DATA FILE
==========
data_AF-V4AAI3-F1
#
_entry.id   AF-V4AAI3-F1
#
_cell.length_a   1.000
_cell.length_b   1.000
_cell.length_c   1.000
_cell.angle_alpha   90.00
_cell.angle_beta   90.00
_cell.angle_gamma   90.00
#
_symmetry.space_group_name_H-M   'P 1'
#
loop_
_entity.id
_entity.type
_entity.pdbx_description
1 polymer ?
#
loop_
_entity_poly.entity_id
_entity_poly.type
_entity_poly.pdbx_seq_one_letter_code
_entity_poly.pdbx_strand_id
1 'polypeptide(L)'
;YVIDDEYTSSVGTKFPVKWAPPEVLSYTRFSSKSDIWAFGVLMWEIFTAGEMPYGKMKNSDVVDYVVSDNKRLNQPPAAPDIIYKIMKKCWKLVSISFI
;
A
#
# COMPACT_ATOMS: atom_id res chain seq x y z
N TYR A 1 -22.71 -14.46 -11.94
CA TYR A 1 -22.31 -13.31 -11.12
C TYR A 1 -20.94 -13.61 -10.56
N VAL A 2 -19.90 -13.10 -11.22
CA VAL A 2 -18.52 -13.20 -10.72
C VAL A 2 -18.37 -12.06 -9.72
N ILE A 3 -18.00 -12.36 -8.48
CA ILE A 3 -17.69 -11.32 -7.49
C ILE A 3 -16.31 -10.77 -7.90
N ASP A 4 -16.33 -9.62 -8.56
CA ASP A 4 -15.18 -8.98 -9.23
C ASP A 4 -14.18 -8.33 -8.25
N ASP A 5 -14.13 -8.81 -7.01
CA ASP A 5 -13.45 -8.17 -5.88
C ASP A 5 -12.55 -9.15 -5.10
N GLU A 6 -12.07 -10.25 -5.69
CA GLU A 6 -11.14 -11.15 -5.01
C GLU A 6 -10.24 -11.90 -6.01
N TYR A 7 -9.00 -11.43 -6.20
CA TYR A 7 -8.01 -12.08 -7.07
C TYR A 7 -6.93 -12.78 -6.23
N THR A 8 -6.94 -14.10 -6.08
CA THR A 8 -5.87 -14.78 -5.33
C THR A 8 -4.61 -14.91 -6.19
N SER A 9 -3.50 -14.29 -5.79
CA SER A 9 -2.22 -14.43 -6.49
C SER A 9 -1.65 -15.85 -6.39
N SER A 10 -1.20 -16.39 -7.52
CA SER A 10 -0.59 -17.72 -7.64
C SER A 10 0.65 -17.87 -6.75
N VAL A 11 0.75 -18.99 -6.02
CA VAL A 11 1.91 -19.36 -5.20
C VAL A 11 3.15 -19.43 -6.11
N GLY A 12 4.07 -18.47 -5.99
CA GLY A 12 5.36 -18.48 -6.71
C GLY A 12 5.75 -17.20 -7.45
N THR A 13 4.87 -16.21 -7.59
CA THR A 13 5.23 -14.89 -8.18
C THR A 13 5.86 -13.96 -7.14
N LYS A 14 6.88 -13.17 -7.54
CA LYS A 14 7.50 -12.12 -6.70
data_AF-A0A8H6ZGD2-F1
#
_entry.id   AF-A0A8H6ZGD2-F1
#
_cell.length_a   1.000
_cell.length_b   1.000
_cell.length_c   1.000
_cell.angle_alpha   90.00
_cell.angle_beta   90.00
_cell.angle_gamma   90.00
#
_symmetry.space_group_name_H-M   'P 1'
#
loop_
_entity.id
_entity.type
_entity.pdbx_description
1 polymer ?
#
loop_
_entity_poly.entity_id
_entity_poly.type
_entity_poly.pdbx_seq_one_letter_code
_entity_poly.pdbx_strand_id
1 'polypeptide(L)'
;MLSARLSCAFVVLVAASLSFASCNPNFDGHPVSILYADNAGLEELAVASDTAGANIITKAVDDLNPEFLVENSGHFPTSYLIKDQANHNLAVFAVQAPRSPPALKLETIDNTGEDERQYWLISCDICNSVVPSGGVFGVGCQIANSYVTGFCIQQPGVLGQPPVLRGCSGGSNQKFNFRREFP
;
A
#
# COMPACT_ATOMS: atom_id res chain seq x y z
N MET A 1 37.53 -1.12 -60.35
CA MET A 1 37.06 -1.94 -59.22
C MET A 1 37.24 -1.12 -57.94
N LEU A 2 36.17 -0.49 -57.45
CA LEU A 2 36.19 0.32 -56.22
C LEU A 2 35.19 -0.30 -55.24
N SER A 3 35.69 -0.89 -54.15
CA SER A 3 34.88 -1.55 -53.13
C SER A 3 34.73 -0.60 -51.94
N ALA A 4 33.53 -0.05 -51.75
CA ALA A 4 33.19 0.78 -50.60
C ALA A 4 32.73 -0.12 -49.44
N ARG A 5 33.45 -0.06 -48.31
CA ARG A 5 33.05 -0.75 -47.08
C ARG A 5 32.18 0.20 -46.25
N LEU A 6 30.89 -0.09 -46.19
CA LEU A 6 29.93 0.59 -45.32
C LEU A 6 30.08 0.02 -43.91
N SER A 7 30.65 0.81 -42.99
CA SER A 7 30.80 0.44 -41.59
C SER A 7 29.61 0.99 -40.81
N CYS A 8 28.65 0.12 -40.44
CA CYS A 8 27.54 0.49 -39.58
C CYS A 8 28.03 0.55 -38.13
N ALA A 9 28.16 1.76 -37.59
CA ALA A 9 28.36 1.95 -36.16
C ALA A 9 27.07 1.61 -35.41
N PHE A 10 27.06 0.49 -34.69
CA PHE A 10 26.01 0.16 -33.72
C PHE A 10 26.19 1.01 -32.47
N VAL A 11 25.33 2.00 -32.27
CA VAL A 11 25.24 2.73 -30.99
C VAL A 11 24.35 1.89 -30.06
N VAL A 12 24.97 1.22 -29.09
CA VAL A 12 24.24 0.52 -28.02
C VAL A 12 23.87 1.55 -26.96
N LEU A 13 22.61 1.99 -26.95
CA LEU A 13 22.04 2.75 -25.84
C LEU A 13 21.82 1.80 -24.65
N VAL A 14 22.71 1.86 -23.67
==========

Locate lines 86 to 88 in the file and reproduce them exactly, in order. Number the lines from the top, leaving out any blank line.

_entity.id
_entity.type
_entity.pdbx_description